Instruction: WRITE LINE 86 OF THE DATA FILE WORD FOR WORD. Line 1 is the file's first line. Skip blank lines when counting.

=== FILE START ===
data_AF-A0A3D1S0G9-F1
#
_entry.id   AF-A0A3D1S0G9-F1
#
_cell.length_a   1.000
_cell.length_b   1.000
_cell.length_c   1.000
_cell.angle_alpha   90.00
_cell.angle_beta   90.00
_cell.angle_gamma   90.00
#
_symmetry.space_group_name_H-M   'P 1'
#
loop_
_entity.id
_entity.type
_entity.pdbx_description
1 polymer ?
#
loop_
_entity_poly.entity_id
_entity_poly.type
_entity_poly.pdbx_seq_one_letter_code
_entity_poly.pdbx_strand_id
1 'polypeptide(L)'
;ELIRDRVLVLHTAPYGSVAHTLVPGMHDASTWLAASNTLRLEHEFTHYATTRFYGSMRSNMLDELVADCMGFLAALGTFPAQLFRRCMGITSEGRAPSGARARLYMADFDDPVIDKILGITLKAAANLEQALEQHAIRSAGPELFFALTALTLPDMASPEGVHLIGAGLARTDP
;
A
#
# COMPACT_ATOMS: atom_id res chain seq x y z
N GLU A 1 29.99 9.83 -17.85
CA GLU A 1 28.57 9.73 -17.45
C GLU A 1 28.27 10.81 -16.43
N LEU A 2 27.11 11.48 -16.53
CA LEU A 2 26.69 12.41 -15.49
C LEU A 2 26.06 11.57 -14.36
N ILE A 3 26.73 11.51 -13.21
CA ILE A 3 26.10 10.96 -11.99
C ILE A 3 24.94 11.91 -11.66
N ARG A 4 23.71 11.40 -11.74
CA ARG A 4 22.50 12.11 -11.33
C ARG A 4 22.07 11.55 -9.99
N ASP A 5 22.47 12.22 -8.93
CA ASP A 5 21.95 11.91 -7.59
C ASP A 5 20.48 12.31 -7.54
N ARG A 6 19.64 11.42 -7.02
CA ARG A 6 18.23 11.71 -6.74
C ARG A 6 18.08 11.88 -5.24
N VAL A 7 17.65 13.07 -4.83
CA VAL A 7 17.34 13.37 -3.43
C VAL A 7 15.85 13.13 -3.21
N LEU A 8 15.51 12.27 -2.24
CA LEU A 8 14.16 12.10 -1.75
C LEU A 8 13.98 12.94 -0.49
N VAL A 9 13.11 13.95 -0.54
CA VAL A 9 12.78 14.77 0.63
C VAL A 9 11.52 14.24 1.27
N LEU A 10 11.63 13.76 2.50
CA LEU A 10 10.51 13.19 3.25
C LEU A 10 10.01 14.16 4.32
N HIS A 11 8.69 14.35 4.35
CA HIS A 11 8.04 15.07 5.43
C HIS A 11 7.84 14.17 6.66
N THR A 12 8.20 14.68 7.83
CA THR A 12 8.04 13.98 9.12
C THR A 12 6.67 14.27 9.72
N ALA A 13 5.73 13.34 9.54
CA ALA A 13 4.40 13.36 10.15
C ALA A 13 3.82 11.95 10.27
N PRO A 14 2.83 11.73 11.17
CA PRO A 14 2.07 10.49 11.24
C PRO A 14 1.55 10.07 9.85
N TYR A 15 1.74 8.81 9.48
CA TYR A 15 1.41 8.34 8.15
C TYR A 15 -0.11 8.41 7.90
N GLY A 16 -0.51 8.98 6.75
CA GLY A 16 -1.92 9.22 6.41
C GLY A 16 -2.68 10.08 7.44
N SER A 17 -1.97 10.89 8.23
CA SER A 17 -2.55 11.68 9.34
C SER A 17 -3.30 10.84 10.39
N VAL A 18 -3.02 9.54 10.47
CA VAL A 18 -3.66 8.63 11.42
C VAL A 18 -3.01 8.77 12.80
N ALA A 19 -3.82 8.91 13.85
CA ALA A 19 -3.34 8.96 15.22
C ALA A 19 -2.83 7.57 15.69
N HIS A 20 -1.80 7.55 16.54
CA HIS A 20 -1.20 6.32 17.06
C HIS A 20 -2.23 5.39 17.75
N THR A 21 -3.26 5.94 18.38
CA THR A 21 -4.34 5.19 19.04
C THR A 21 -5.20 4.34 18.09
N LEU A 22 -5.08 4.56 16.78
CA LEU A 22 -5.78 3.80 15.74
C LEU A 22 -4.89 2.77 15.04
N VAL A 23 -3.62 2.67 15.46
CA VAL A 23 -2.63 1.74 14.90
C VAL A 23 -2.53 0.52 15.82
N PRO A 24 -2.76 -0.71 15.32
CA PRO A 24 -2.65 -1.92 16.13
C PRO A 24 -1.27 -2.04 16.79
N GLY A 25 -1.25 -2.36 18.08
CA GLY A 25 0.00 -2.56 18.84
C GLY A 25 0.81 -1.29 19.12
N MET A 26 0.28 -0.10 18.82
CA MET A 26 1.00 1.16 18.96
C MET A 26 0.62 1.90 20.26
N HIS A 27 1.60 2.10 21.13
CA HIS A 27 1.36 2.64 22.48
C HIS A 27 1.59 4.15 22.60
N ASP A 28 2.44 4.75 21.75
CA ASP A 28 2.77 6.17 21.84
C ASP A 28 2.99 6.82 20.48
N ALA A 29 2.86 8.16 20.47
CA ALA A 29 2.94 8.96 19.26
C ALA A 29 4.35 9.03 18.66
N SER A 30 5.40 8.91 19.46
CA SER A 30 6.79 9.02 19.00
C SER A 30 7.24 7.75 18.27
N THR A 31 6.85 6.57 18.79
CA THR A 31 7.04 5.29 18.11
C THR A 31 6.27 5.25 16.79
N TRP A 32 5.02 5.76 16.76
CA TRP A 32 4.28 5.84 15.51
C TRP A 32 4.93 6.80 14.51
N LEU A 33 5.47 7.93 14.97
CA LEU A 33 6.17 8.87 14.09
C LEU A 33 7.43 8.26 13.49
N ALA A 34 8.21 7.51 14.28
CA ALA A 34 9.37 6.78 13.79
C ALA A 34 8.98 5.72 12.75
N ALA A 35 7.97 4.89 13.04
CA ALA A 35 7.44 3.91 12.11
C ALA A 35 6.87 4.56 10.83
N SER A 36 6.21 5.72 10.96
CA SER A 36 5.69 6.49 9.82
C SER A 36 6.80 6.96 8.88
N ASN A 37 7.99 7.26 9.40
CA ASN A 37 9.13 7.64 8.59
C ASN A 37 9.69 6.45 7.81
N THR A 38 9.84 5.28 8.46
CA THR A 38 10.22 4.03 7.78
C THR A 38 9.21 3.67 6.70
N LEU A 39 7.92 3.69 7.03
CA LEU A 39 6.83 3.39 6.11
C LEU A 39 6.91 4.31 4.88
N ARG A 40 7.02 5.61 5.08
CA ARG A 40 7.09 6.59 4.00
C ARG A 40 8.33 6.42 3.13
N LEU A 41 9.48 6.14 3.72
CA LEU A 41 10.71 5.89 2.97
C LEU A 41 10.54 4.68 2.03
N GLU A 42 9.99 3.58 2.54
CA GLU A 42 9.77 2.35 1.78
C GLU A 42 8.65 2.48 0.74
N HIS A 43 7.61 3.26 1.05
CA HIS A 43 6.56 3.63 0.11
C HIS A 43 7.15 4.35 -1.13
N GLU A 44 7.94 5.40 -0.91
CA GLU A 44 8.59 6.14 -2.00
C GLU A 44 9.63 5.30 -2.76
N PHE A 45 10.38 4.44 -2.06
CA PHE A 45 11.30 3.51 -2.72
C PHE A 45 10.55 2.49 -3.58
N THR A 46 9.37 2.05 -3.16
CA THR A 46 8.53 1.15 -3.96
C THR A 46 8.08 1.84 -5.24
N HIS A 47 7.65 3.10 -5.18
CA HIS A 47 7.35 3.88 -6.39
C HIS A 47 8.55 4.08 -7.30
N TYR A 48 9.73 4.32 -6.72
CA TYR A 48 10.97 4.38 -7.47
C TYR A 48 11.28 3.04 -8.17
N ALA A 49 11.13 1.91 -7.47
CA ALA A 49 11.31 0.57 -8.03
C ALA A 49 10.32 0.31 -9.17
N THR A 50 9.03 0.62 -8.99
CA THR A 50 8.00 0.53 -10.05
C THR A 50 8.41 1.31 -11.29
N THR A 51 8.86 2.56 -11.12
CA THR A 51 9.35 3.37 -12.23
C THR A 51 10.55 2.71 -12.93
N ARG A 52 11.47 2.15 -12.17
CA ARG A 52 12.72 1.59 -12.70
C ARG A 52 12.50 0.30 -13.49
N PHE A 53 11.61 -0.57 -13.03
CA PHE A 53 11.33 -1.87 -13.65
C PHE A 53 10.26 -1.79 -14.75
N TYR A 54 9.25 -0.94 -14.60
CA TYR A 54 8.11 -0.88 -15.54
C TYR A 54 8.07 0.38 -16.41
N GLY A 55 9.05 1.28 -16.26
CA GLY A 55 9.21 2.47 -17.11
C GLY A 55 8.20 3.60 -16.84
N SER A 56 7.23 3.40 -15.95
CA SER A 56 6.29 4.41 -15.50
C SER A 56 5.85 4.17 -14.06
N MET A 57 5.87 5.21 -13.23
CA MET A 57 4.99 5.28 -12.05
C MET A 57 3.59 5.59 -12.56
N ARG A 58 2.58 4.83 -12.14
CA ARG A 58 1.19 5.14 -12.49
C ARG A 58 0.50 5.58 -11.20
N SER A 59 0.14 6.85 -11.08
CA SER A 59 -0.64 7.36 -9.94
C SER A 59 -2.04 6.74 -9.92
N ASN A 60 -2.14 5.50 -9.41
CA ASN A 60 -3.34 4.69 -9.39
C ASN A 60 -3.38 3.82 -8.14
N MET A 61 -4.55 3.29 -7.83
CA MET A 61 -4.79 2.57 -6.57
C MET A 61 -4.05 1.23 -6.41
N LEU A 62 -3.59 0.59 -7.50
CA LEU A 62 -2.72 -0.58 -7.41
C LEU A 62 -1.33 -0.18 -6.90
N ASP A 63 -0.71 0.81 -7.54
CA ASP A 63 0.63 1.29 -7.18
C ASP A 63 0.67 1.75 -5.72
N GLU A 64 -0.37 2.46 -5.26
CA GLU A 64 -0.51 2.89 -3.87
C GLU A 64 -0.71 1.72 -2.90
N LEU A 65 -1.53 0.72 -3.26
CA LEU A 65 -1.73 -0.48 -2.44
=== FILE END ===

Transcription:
CA ALA A 19 -3.34 8.96 15.22